Pairings | Verdicchio
As with most foods, the best wine pairing with pork depends how the pork is cooked, and what it’s served with.
If you want a simple guideline as to which wine to pair with tuna think first about the way that it’s cooked - is it rare, seared or preserved (canned or bottled)? Then think of the style of the dish. Does it incorporate Japanese flavours? Are there other ingredients on the plate that might influence the match such as a citrussy glaze or salsa?
This is the perfect time of year for buying oranges and lemons but what effect do they have on the recipes you’re making? Quite a marked one, if truth be told. Lemons in particular have a high level of acidity which will make any wine you drink with them taste sweeter. If that’s counterbalanced in the recipe by sugar as in a lemon tart or lemon meringue pie, for example, the result is a dish that’s really quite hard to match.
Cheese and wine is a notorious minefield but is it any easier when the cheese is cooked? See my suggestions to match Mark Hix's delicious recipes in the Independent today:
Whenever anyone talks about foods that are difficult to match with wine, asparagus always comes up but I reckon the problem is overstated.
Fennel is one of the handful of vegetables that can influence a main course pairing - almost always for the better. Its aniseed flavour seems to have a pronounced affinity with many wines, especially whites. Here are some suggested matches with recipes that two British chefs have published this weekend - Gordon Ramsay in the Times and Skye Gyngell in the Independent on Sunday.
The ideal pairing does of course depend on how you make your spaghetti alle vongole - the classic Italian dish of spaghetti with white wine and clams - but in my book, the answer is simple: a young, unoaked, Italian white wine.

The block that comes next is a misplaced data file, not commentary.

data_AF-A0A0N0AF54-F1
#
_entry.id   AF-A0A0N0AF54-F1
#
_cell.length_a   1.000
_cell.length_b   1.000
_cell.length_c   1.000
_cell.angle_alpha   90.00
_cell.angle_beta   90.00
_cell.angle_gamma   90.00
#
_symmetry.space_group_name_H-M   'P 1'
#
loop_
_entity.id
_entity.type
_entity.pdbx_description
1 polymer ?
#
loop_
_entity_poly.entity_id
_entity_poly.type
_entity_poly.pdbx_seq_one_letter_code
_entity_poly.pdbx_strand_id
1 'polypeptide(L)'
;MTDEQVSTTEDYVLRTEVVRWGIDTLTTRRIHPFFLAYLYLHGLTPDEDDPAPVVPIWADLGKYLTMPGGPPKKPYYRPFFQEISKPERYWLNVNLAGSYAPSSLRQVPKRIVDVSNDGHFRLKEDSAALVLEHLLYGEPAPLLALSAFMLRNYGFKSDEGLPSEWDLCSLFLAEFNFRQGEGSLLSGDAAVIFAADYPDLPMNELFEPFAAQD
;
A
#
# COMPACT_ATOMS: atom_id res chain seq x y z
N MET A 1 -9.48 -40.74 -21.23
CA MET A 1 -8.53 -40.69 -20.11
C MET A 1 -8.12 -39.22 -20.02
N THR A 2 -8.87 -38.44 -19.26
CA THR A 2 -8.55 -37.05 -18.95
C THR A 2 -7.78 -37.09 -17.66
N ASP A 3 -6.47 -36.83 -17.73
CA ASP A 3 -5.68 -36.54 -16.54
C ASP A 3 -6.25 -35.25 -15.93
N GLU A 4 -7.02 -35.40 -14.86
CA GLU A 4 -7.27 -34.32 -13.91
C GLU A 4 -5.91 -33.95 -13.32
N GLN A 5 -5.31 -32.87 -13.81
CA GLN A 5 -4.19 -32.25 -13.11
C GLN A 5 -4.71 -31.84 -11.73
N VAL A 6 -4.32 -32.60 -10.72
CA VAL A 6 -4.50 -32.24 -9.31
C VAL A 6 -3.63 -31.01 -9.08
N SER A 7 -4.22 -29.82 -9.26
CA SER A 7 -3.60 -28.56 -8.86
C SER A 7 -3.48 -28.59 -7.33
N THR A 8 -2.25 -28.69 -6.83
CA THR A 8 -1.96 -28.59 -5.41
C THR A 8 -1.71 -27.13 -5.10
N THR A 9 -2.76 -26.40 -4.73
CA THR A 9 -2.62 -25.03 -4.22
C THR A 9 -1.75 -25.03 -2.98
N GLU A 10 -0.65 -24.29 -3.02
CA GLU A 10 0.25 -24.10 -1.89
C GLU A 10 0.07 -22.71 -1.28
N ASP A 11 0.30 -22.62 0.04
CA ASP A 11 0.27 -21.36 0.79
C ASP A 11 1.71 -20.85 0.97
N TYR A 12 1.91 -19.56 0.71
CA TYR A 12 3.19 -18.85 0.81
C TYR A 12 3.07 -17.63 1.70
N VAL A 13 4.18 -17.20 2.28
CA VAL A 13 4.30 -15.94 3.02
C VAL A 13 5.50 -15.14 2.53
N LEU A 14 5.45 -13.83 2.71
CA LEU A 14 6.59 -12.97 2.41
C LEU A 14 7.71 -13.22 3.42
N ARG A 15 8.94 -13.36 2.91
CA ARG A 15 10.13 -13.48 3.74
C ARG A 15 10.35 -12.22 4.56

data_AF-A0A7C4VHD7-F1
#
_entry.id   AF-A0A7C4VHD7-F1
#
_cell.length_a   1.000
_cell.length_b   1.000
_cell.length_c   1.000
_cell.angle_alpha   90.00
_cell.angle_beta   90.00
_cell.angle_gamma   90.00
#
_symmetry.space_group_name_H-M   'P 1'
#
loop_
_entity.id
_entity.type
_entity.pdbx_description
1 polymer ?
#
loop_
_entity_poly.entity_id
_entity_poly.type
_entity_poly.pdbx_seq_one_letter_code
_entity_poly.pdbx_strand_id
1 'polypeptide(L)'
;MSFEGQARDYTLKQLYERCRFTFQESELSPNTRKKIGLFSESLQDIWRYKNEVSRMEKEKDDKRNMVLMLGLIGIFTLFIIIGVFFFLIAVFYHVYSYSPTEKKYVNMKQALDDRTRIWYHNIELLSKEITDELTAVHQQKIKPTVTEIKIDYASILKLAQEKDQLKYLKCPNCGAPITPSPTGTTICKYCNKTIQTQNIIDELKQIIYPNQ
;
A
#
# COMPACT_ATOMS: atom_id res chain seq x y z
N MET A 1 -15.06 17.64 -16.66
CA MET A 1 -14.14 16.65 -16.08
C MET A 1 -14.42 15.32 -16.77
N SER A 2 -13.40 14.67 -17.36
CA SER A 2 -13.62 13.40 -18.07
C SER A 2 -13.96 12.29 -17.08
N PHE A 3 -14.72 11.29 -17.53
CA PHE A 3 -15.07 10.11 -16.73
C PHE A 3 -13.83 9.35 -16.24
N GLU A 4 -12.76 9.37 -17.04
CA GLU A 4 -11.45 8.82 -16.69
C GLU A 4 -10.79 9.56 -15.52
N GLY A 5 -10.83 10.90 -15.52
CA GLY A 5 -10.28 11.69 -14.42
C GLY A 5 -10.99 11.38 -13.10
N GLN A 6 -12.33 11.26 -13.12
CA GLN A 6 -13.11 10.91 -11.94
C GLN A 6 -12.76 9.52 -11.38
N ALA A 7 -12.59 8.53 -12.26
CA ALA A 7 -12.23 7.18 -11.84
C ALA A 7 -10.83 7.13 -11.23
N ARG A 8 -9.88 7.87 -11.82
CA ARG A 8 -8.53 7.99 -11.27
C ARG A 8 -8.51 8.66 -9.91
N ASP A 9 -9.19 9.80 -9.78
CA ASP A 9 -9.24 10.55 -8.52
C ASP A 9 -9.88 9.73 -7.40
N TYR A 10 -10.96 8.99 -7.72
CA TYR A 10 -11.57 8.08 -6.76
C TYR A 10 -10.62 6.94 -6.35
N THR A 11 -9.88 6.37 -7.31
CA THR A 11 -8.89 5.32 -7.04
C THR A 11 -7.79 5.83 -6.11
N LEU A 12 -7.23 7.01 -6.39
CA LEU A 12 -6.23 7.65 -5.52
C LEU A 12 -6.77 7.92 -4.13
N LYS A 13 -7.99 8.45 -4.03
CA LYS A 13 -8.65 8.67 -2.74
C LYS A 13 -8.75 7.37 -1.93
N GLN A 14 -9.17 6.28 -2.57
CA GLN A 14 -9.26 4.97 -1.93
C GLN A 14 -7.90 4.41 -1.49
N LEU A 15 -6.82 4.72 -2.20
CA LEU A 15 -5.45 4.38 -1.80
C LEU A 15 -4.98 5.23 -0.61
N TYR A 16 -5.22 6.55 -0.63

One of the problems with choosing wine in a restaurant - especially if you're ordering for a crowd - is that you need to find a bottle that will go with a number of dishes but I find more often than not Italian whites come to the rescue.
This past week has reminded me yet again what a great match Italian whites are for food. Their lack of obvious character means they tend not to stand out in a tasting but they explode into life with a dish.
Like other dishes the perfect wine match for risotto depends on the flavourings for the risotto rather than the rice itself - the lighter the dish, the ligher and fresher the wine.
This brilliant storecupboard dip was taught to me by my friend cookery writer Trish Deseine who rustled it up in no time when I was staying with her recently.
Although not the problem they're generally made out to be tomatoes do have an influence on a wine pairing.
Artichokes have the reputation of being a wine-killer but as with most of these diktats the problem is over-played. True, artichokes can make even dry whites taste oddly sweet but that doesn’t account for the different ways in which they are cooked and how they are served.
If you’re on holiday in the wilds of nowhere chances are your only shop - in the UK at least - is a Spar. I would at one point have said that spelled death to the chance of a decent bottle of wine but was recently sent a selection which really wasn’t half bad.